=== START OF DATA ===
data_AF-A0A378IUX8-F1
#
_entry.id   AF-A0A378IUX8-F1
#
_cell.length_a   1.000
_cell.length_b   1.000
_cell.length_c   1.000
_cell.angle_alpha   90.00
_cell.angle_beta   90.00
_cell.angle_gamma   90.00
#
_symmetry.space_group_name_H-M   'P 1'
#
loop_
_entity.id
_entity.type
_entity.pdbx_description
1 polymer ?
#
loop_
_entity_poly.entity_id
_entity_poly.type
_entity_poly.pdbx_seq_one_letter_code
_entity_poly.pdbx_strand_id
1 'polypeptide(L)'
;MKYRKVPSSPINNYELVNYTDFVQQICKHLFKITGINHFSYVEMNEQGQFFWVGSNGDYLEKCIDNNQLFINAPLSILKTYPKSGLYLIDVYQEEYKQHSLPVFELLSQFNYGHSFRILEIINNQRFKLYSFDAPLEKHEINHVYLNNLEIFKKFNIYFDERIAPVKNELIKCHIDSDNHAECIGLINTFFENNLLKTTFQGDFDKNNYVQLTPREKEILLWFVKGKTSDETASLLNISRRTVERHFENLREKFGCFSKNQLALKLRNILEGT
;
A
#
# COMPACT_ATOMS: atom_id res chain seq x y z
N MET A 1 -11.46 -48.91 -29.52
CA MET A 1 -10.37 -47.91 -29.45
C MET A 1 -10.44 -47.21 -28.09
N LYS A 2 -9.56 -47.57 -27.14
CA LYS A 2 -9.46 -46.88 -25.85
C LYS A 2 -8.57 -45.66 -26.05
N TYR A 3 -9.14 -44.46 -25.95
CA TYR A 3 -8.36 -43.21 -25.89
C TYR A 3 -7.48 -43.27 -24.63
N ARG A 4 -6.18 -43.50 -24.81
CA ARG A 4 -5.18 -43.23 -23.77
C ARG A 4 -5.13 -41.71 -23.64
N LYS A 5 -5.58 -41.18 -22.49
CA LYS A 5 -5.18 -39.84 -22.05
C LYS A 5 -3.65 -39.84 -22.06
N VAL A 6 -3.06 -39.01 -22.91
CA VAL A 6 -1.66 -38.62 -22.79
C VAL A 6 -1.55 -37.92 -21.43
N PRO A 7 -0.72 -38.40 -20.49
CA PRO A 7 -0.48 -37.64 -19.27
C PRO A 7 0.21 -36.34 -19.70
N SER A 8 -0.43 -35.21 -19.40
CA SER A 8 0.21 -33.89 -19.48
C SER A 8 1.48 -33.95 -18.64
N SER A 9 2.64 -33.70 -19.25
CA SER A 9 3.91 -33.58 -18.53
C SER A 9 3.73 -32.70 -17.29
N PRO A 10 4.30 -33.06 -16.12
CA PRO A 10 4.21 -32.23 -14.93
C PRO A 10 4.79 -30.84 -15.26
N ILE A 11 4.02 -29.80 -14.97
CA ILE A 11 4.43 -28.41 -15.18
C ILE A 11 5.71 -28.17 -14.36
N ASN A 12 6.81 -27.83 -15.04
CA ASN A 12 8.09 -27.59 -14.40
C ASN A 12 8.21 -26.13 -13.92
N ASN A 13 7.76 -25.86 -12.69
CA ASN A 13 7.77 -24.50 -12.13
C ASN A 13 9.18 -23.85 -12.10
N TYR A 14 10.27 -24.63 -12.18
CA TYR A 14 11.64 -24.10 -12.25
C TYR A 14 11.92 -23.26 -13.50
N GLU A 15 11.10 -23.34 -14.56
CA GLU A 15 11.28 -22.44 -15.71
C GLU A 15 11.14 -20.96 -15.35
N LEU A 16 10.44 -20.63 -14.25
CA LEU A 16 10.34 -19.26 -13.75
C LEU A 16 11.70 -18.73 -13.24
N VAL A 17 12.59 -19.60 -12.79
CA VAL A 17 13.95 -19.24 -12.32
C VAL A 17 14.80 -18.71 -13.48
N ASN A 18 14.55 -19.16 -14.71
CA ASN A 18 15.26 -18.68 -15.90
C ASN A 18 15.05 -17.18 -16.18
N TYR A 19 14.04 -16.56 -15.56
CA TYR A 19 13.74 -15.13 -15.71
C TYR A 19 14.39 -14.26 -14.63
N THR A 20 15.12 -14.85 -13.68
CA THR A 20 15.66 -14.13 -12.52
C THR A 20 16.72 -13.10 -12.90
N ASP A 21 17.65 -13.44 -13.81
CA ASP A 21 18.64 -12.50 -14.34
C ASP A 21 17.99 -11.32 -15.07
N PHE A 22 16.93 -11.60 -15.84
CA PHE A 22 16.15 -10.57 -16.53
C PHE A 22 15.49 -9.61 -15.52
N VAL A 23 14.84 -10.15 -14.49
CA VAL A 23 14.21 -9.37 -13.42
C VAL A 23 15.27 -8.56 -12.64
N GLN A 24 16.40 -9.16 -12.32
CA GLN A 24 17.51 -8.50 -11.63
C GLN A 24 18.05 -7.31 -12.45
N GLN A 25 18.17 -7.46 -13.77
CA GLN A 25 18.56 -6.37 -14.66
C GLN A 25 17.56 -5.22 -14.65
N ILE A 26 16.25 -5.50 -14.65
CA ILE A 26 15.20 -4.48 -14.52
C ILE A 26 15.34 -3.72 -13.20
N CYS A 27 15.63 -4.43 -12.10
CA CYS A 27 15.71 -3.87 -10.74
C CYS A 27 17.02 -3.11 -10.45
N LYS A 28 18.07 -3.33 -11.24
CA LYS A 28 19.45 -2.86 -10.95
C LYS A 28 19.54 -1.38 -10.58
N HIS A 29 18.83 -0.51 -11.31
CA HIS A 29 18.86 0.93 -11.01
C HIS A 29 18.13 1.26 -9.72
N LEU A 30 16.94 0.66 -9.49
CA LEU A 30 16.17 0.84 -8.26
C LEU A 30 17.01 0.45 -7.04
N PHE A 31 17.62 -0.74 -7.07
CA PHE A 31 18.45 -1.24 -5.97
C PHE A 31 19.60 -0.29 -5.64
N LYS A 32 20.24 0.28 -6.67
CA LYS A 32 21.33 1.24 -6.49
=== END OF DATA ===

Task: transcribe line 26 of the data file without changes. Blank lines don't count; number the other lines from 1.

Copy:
;MKYRKVPSSPINNYELVNYTDFVQQICKHLFKITGINHFSYVEMNEQGQFFWVGSNGDYLEKCIDNNQLFINAPLSILKTYPKSGLYLIDVYQEEYKQHSLPVFELLSQFNYGHSFRILEIINNQRFKLYSFDAPLEKHEINHVYLNNLEIFKKFNIYFDERIAPVKNELIKCHIDSDNHAECIGLINTFFENNLLKTTFQGDFDKNNYVQLTPREKEILLWFVKGKTSDETASLLNISRRTVERHFENLREKFGCFSKNQLALKLRNILEGT